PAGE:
Wednesday, February 1, 2012

Week Seven, Exercise Two: Reflecting On Our Mission To Follow Christ Using The Insights of Pierre Teilhard de Chardin, S.J.

This exercise should be experienced between February 1 and February 4.

Having experienced the grace given by meditating on the baptism of Jesus, we now consider how Jesus calls us to a life-giving mission. The life that Jesus calls us to involves healing, teaching, trusting, loving and risking. Are we up to the task? What does it mean to be a follower of Jesus in the twenty-first century? Does it mean rejecting the material world and living as an ascetical hermit? Or does it mean discerning the promptings of the spirit of Christ in our everyday world, whether we be teachers or investment bankers, preachers or politicians, ministers or members of a labor union?

Pierre Teilhard de Chardin found that he could find Christ in the secular pursuits of scientific research. He writes that we are all called to build the kingdom of God, whatever our secular vocation. As a matter of fact, Teilhard taught that it was very possible to find God in any secular pursuit. An excellent analysis of and presentation of the writings of Teilhard is found in Ronald Modras' book Ignatian Humanism. I recommend the whole book. Here is Modras' explanation of Teilhard's wisdom:

"[Teilhard's book] The Divine Milieu was completed in China in 1927 and directed, he wrote, not only to believers but also to those who waver in their faith or who think they have grown beyond it. Teilhard tried to convince them of the intellectual validity of Christian faith in the modern age. He assured his readers that those who listen to the "voices of the earth" have reason to follow the gospel path of Christianity.

The Divine Milieu specifically addresses readers who are aware that "the physical sciences are endlessly extending the abyss of space and time" (13). Confronted by such immensity, many question whether human beings still matter, or whether the Christ of the Gospels and his ancient Jewish God have not been eclipsed by a universe grown dazzlingly vast. Teilhard understood their feelings of anxiety or fascination, but he also felt he could teach them "how to see God everywhere," including in all that is most hidden, most solid, and most ultimate in the world" (15).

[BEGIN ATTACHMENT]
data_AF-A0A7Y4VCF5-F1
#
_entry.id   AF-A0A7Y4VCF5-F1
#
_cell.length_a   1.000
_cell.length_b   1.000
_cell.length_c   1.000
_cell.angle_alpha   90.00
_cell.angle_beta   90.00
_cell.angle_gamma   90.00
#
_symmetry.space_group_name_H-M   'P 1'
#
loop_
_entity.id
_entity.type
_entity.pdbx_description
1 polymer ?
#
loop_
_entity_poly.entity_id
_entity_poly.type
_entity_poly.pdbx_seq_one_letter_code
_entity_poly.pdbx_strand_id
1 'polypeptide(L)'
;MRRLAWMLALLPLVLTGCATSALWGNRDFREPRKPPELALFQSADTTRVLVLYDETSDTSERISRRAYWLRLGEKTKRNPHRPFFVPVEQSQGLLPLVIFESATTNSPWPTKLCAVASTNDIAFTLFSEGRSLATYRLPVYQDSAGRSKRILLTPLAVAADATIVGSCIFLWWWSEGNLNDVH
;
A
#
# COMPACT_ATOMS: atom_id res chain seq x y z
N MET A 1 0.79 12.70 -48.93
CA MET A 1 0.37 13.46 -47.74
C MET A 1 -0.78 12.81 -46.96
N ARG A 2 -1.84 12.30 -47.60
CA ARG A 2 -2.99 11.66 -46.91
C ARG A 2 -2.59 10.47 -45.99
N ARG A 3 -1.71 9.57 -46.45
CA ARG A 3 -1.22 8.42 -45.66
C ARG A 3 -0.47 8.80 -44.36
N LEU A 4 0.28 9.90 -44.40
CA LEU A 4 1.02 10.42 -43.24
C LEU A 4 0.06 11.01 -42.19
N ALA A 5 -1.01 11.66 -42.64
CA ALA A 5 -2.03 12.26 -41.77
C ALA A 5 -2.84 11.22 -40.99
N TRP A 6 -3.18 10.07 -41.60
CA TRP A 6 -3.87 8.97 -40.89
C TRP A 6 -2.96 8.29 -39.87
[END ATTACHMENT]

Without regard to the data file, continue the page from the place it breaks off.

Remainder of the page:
Like Ignatius in the Spiritual Exercises, Teilhard encouraged his readers "to see things as they are and to see them really and intensely." He calls it a "salutary exercise" to realize that the roots of our spiritual being go back into an unfathomable past. It has required the entire history of the universe for matter to become spirit, a spiritual history reflected in each one of us. Creation was not completed in the distant past but continues today in our work and actions. For those who see aright, nothing we do is devoid of spiritual significance. Our most natural and human labors are continuing creation and building the Kingdom of God (35).

God can be found in the most profane activity--and in our passivity as well. Another "salutary exercise" is to plumb the abyss that is our self and realize the depth and universality of our dependence. Teilhard drew here from his Ignatian spirituality, specifically the contemplation to attain love: all we are and have in life is a gift. What lies at the core of our being, the power to will and to love, is not of our making. Even before the long decades of discussion over nature versus nurture, whether genes or cultural upbringing affect us more, Teilhard insisted to his readers that our identities, who we are, depend less on the work of our own hands than on what has been given to us (49). None of us is self-made. But then he went on to assure his readers that our receiving, be it from nature or nurture, does not imply passive resignation, whether to suffering or evil in the world.

Teilhard argued strenuously that Christian asceticism has nothing to do with detachment or flight from the world. Jesus revealed a kingdom within us, here and now, slowly transforming and unifying the hearts of humankind (107). The enchantments of earth do us no harm, any more than human endeavor and progress compete with God (137). Rather, God's presence and action in the world occur in us and through us. (Modras, Ignatian Humanism, 191-193)

Now consider: 1) How can I continue God's creative activity in my work or my studies? 2) What does it mean to build the Kingdom of God? 3) Consider examples of actions of peace and progress that have transformed and unified human hearts. What made them peaceful? Progressive? 4) Can I remain detached from worldly anxiety while I help transform a beautiful but suffering world into a world with even more beauty and even more justice? 5) How is Jesus calling me now?

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